2019 Dodge Charger Introduction

Recalling ancestors from the muscle-car era, as far back as 1966, the 2019 Charger continues to entice enthusiasts and is unmistakably American. Aging gracefully, the Charger can be a V6 family sedan or, packing V8 power, a genuine muscle car. The basic platform hasn’t changed since the modern-day Charger debuted for 2005.

Dodge has reworked its model lineup for 2019, adding an all-wheel-drive SXT. The GT becomes a V6 model with performance looks.

New red, blue, and silver dual-center stripes decorate the SRT Hellcat. Dual carbon stripes are available on R/T and R/T Scat Pack. Performance upgrades for the Hellcat and Scat Pack include Launch Assist and Line Lock, plus a “performance” grille with dual air intakes. A Launch Control switch goes on the R/T Scat Pack, while the Hellcat adds Torque Reserve and an After-Run Chiller.

The Charger lineup now consists of SXT, SXT AWD, GT, R/T, R/T Scat Pack, and SRT Hellcat.

Base engine for SXT trim is a 3.6-liter V6 that delivers 292 horsepower and 260 pound-feet of torque. In the SXT AWD and GT, the V6 is rated at 300 horsepower and 264 pound-feet.

In the Charger R/T, a 5.7-liter V8 makes 370 horsepower and 395 pound-feet of torque, for 0-60 mph acceleration in less than 6.0 seconds. The R/T Scat Pack boasts a 485-horsepower, 6.4-liter V-8 that slashes 0-60 mph time to about 4.5 seconds.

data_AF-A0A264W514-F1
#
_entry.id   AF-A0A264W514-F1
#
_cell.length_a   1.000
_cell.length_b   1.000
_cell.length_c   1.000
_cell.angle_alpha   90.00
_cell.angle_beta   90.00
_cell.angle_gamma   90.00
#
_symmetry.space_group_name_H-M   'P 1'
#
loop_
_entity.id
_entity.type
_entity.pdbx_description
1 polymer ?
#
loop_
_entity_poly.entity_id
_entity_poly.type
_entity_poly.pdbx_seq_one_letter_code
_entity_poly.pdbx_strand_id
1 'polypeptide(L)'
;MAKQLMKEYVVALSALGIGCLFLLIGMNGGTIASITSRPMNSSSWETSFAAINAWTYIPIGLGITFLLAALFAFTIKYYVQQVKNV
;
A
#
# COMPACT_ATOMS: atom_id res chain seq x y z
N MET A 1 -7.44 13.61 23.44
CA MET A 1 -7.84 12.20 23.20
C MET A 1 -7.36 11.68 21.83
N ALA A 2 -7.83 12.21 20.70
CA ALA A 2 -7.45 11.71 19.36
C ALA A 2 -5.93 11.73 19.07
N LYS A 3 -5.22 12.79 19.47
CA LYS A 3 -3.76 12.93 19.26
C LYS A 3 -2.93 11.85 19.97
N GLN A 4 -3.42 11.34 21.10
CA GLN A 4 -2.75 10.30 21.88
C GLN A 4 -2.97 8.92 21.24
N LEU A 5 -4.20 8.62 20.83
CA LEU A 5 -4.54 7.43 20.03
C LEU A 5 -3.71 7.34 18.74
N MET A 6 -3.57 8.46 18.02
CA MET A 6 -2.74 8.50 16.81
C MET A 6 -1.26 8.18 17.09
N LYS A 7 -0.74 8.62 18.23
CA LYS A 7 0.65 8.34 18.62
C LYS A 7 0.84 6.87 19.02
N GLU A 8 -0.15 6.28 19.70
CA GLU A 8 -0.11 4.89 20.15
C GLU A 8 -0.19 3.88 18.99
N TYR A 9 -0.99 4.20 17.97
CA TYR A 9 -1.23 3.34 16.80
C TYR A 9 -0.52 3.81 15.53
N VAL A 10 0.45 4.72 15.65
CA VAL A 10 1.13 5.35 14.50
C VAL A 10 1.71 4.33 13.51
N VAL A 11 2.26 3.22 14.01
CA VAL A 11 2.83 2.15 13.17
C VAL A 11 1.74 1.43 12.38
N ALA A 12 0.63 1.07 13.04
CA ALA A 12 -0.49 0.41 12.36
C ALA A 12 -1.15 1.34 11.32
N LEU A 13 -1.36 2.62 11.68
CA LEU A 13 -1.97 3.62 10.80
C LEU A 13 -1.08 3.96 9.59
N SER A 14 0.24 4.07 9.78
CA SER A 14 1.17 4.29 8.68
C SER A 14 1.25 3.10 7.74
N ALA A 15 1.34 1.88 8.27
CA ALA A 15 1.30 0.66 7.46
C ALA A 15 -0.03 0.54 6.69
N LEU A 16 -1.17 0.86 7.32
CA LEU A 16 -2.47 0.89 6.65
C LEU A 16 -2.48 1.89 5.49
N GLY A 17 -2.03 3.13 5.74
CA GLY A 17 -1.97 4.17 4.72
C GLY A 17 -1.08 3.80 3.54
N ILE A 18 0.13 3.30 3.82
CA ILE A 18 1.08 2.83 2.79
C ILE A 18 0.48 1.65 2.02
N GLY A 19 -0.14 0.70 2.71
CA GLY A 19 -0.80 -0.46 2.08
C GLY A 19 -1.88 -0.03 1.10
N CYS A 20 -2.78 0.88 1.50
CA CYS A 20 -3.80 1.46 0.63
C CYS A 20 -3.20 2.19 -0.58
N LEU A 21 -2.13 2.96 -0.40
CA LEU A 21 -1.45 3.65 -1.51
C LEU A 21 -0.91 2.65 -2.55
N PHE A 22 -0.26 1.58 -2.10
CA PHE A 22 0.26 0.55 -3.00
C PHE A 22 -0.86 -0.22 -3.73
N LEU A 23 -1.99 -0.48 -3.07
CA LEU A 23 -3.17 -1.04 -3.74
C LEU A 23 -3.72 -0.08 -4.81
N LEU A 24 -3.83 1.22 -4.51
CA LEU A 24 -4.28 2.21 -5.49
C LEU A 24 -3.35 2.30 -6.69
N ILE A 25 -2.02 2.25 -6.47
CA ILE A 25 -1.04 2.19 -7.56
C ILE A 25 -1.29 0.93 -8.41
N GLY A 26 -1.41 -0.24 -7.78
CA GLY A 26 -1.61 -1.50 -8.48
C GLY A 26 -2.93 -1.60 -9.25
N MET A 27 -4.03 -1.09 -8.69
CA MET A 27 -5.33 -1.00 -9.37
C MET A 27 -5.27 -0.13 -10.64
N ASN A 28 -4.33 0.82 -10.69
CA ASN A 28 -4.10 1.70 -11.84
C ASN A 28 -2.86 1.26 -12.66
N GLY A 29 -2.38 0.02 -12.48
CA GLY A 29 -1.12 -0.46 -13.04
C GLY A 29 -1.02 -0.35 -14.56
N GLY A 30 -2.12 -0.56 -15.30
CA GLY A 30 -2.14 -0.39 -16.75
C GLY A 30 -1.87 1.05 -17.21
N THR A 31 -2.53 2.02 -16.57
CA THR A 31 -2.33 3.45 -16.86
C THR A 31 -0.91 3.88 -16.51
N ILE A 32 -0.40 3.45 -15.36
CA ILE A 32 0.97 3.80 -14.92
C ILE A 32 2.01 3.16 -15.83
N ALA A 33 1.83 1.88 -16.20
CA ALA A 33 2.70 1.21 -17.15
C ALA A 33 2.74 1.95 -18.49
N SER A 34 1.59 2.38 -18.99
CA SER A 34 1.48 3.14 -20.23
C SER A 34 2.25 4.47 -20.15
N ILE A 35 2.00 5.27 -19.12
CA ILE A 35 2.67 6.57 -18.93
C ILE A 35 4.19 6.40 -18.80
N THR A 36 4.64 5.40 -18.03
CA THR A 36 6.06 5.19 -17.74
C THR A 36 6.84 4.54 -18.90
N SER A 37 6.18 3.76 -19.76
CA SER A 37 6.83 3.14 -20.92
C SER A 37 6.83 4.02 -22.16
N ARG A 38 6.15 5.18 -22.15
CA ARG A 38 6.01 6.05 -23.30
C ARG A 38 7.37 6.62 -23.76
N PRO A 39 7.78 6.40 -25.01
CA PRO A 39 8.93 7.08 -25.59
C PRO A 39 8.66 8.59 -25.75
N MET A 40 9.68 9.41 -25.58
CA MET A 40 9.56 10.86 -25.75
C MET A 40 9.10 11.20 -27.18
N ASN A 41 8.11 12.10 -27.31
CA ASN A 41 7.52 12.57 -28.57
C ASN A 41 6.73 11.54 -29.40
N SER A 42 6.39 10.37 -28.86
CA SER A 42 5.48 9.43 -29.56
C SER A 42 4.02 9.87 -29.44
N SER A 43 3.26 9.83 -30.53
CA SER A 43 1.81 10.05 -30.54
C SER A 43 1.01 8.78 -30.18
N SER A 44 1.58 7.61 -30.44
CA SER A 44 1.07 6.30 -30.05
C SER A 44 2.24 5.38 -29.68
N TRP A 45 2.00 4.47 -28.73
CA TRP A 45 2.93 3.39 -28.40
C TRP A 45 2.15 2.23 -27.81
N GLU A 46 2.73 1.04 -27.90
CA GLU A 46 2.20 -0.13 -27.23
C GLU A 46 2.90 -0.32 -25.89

Topping off the lineup, the aptly-named SRT Hellcat unleashes a 707-horsepower, supercharged 6.2-liter V8, capable of hitting 60 mph in a blistering 3.7 seconds.

Charger offers a decent selection of safety features, but inconsistent test scores. In crash-testing by the National Highway Traffic Safety Administration, Dodge’s Charger rated five stars overall and for side-impact, as well as rollover prevention (a calculated figure); but only four-star for the frontal-impact crash.

Crash-testing by the Insurance Institute for Highway Safety earned mostly “Good” scores, but only a “Marginal” rating in the stringent frontal small-overlap test for the driver’s side. Headlights were judged “Poor.

A rearview camera and rear parking sensors are standard. Available safety features include adaptive cruise control, automatic high beams, blind-spot monitoring, forward-collision warning, and automatic emergency braking.

A high beltline restricts outward vision a bit more than other large sedans.

* The advertised price does not include sales tax, vehicle registration fees, other fees required by law, finance charges and any documentation charges. A negotiable administration fee, up to $115, may be added to the price of the vehicle.

* Images, prices, and options shown, including vehicle color, trim, options, pricing and other specifications are subject to availability, incentive offerings, current pricing and credit worthiness.

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